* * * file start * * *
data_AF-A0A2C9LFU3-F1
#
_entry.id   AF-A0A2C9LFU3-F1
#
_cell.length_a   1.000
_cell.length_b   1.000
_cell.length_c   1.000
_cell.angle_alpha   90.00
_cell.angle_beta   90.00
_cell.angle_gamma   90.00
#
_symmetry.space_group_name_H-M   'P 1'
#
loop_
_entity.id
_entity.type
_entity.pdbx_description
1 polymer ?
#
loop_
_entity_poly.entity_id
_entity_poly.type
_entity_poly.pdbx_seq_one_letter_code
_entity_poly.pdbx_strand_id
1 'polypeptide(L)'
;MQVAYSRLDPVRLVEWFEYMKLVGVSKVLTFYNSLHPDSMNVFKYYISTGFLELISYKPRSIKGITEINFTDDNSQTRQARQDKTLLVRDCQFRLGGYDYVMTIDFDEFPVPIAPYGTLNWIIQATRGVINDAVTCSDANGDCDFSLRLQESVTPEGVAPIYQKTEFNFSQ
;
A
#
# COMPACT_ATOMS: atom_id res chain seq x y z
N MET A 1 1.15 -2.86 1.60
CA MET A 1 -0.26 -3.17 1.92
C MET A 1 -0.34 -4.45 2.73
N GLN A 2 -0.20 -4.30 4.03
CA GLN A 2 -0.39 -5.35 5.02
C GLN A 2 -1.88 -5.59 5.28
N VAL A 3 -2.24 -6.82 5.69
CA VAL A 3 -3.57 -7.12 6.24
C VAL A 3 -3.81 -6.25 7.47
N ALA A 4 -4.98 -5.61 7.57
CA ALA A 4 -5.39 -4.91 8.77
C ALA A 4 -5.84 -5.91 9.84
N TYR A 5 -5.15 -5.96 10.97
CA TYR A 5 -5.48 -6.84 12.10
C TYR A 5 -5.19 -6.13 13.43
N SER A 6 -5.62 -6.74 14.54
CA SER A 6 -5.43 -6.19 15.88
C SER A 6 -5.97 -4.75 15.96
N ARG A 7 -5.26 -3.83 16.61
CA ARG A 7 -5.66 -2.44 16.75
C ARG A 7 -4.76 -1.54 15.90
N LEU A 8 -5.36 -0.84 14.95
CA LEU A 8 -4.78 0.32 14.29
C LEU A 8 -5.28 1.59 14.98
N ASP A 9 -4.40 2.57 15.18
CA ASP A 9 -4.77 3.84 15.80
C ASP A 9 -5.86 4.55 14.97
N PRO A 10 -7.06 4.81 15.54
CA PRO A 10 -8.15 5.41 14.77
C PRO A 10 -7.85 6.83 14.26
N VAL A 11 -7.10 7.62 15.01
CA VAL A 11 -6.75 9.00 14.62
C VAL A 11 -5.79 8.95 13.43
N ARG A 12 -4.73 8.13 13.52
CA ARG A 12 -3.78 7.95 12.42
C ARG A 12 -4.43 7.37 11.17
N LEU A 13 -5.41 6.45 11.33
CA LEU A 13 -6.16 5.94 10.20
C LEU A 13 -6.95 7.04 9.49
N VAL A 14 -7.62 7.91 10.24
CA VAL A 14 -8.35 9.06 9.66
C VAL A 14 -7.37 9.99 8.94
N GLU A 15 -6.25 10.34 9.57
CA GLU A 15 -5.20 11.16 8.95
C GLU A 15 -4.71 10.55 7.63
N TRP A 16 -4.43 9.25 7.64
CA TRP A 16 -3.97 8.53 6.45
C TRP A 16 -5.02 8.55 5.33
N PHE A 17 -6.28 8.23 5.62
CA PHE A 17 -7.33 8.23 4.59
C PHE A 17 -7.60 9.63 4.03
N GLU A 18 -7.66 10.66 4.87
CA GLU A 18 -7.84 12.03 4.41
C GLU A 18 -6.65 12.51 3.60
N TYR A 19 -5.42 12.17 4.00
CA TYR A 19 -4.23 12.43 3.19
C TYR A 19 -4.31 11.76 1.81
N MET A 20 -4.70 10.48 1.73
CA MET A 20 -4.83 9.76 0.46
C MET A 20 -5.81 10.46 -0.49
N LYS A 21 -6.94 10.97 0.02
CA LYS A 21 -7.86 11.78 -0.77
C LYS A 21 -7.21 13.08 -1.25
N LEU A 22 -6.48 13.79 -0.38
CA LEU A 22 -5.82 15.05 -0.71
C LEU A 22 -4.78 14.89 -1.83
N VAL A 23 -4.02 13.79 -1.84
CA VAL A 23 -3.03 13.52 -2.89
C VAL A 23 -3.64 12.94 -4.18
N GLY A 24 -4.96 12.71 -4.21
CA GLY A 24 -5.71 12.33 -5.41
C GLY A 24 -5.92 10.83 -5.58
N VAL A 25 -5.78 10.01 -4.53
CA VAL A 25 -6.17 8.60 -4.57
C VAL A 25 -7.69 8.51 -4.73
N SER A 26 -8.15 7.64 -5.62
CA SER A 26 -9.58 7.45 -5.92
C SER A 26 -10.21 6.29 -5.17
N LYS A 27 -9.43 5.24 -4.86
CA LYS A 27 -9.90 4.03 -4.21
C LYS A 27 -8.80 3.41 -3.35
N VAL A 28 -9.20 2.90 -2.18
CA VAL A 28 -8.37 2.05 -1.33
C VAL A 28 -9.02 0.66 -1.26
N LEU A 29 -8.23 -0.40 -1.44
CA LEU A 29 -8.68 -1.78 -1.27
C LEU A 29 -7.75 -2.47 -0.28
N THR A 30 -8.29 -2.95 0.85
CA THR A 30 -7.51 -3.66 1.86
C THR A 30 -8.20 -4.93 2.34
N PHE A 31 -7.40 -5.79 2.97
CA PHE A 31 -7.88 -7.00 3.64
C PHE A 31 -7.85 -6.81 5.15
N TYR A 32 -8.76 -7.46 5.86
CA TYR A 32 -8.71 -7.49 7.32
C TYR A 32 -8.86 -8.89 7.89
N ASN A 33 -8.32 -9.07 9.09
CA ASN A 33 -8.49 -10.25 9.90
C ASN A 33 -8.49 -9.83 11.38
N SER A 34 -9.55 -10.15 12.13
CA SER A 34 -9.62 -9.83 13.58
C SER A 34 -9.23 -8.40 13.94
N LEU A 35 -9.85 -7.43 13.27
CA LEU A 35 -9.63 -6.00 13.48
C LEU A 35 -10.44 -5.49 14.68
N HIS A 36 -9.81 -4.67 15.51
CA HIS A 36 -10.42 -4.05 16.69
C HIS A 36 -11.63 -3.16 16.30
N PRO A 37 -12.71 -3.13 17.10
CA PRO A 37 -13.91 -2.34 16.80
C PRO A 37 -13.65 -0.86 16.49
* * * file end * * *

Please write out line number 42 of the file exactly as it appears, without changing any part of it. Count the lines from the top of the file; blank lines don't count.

C ALA A 4 -5.84 -5.91 9.84